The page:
Want more reasons to get up, get out and get in to your garden? Here they are:-
According to the Centres for Disease Control and Prevention, gardening qualifies as exercise. In fact, getting out in the yard for just 30-45 minutes can burn up to 300 calories
Routine garden upkeep activities, such as raking, weeding and trimming, engage multiple muscle groups at once, improving your overall fitness level.
Here are 7 strategies to transform gardening duties into a bonafide workout:
1. Create a routine. Treat gardening like any workout: Stretch for 10 minutes first then alternate light activities with heavier ones. You might rake for a little while, then dig a few holes, then prune. Cool down for 10 to 15 minutes, perhaps by snipping flowers or picking vegetables, and you’re done! Just keep in mind that gardening requires endurance, strength and flexibility, so it’s important to build up gradually.
2. Dig deep. Digging is one of the highest-intensity gardening activities. Pushing down with one foot, turning over the soil, then down on the other foot and bringing the soil to the top engages multiple muscle groups and forces you to get your hands dirty. Bottom line: Take every opportunity to dig.
3. Mix it up. Lifting and carrying 40-pound bags of mulch, stretching to reach low-hanging fruit and pushing a lawn mower around a large plot can be physically draining. Your best bet: alternate between activities like raking, mowing, weeding, pruning and digging. And if you’re spreading mulch, be sure to switch hands periodically.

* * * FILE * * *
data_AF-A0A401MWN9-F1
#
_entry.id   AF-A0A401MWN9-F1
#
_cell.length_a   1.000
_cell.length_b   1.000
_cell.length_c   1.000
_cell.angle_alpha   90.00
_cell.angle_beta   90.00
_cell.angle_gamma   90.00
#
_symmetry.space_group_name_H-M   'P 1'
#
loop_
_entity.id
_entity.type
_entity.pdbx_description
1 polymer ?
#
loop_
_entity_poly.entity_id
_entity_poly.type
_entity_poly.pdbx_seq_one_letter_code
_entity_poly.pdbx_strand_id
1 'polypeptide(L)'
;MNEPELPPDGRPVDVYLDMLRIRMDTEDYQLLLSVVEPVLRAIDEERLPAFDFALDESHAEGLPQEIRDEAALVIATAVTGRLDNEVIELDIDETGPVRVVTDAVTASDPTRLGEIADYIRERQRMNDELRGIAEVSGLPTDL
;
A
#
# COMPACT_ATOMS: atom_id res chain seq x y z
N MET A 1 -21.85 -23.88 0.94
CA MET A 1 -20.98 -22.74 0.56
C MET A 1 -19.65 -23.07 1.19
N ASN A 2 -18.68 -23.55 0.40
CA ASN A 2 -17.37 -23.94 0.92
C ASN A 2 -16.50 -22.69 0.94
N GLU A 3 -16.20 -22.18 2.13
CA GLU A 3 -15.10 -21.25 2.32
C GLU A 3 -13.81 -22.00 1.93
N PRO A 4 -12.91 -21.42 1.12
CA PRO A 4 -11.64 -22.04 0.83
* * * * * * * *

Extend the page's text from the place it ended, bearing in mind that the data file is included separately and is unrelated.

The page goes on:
4. Watch your form. Bending and twisting can cause injury if you’re not careful. In fact, bending at the waist instead of the knees is responsible for many gardening injuries. If you’re lifting heavy items, bend at the knees. Use long-handed tools to rake and hoe to avoid back pain. And if something hurts, stop what you’re doing and take a break.
5. Go old school. Use manual clippers, shears and mowers instead of tools that plug into an outlet. Using a traditional push mower, for example, requires you to use your legs, upper body strength and core. Not so with power mowers, or the type that you sit on and steer.
6. Build in strength training. Puttering around the garden may not qualify as high-intensity exercise, but you can incorporate strength-training exercises into your gardening tasks to increase the intensity. Do mini-squats and engage your core while you’re pulling weeds. Take break from digging and do some lunges. You can even pause while you’re mowing the lawn to do triceps .
7. Get your kids involved. Gardening is a great activity for the whole family. Inviting your kids to join you in the garden not only ensures they’ll get some activity, it also offers a great opportunity for bonding. You can use gardening as a backdrop for games.